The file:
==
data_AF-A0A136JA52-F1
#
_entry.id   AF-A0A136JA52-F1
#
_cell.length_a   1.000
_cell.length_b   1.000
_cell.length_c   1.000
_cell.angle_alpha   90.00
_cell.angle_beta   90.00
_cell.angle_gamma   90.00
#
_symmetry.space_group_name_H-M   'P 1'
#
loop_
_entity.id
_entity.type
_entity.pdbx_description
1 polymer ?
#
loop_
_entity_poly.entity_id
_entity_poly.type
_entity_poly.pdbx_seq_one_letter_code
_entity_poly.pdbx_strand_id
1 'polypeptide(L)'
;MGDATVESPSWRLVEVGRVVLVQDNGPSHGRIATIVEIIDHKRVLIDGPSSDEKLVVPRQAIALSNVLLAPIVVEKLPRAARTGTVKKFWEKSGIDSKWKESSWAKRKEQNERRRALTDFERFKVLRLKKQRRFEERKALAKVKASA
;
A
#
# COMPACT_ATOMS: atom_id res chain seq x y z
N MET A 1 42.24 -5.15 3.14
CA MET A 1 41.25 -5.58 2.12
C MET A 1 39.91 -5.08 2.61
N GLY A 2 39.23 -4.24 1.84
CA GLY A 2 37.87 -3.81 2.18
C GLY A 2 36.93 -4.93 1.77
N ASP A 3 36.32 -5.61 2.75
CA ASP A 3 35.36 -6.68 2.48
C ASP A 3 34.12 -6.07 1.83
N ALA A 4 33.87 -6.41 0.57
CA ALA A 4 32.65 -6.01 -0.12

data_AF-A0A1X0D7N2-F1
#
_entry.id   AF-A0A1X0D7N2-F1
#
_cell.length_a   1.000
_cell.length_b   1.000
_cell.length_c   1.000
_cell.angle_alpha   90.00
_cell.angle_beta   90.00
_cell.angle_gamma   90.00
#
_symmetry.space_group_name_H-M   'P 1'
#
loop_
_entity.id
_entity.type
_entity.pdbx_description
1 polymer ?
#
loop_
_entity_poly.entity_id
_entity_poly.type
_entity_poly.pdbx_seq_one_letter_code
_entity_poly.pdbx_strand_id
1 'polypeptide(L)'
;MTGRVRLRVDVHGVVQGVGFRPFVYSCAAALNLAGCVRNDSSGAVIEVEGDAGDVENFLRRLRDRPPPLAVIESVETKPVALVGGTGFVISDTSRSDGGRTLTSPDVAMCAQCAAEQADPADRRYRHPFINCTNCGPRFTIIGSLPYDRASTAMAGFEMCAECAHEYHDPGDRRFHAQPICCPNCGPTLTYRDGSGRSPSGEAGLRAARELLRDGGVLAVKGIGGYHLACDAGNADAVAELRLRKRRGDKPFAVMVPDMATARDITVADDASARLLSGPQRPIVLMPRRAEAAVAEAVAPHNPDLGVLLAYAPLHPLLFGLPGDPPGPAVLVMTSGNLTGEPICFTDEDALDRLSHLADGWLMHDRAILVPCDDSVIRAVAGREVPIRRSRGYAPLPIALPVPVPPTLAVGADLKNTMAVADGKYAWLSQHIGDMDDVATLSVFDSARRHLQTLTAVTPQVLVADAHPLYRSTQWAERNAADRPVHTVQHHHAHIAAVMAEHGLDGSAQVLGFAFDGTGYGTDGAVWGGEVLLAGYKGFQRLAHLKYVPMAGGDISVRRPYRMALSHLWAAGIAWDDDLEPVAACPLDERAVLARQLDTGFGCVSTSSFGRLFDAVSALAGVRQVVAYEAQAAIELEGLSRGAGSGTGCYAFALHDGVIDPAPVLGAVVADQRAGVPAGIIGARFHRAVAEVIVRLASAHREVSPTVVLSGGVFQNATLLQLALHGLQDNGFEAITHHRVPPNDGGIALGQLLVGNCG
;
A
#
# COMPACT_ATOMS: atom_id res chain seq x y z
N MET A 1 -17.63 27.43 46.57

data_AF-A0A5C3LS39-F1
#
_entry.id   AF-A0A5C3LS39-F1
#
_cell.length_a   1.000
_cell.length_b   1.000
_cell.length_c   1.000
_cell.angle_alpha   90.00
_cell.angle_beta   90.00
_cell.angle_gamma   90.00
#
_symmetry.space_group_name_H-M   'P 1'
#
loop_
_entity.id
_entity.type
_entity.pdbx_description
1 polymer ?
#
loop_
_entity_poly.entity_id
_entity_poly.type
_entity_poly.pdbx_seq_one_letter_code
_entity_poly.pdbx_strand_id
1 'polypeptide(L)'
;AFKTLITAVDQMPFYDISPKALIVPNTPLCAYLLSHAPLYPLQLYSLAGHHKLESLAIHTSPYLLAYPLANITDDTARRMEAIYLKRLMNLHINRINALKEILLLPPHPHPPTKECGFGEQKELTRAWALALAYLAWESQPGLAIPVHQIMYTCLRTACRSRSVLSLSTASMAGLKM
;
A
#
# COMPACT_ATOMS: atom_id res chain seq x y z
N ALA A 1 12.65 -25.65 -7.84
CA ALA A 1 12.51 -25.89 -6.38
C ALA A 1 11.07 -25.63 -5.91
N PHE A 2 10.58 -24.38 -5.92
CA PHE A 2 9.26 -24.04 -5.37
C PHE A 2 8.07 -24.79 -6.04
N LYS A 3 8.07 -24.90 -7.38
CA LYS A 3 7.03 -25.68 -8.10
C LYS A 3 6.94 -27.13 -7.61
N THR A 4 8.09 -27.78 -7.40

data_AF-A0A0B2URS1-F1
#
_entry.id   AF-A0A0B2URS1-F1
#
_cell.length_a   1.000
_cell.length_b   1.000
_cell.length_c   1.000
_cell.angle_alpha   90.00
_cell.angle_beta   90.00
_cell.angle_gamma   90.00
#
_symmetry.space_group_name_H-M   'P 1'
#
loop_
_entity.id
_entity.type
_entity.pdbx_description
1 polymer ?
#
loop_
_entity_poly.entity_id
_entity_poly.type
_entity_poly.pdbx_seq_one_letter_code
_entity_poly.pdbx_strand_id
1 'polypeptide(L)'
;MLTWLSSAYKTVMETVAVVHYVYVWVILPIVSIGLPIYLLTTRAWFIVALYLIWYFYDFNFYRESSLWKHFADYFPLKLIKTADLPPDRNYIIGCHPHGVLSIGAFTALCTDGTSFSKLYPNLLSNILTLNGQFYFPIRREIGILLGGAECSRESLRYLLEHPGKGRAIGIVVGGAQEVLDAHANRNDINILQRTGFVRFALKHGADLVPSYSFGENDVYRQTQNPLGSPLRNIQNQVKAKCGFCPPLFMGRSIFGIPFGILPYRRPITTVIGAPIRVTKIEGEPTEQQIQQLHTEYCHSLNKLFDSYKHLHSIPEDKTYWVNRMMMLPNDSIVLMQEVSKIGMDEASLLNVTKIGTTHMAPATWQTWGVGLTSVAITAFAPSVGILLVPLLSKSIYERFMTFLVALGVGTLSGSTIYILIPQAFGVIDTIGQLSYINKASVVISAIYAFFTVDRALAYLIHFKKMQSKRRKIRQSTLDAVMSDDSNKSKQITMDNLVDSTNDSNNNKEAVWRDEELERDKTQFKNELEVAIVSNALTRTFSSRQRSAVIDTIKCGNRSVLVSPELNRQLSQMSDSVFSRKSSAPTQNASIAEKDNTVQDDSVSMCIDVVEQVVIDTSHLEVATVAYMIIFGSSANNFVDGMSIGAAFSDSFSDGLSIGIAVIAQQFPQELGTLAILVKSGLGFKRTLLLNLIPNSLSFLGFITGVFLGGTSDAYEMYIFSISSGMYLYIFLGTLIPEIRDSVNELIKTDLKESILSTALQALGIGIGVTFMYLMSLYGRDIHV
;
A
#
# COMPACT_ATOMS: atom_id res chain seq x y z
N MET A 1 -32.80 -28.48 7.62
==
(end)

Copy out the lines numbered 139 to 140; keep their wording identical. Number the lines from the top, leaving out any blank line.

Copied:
;
A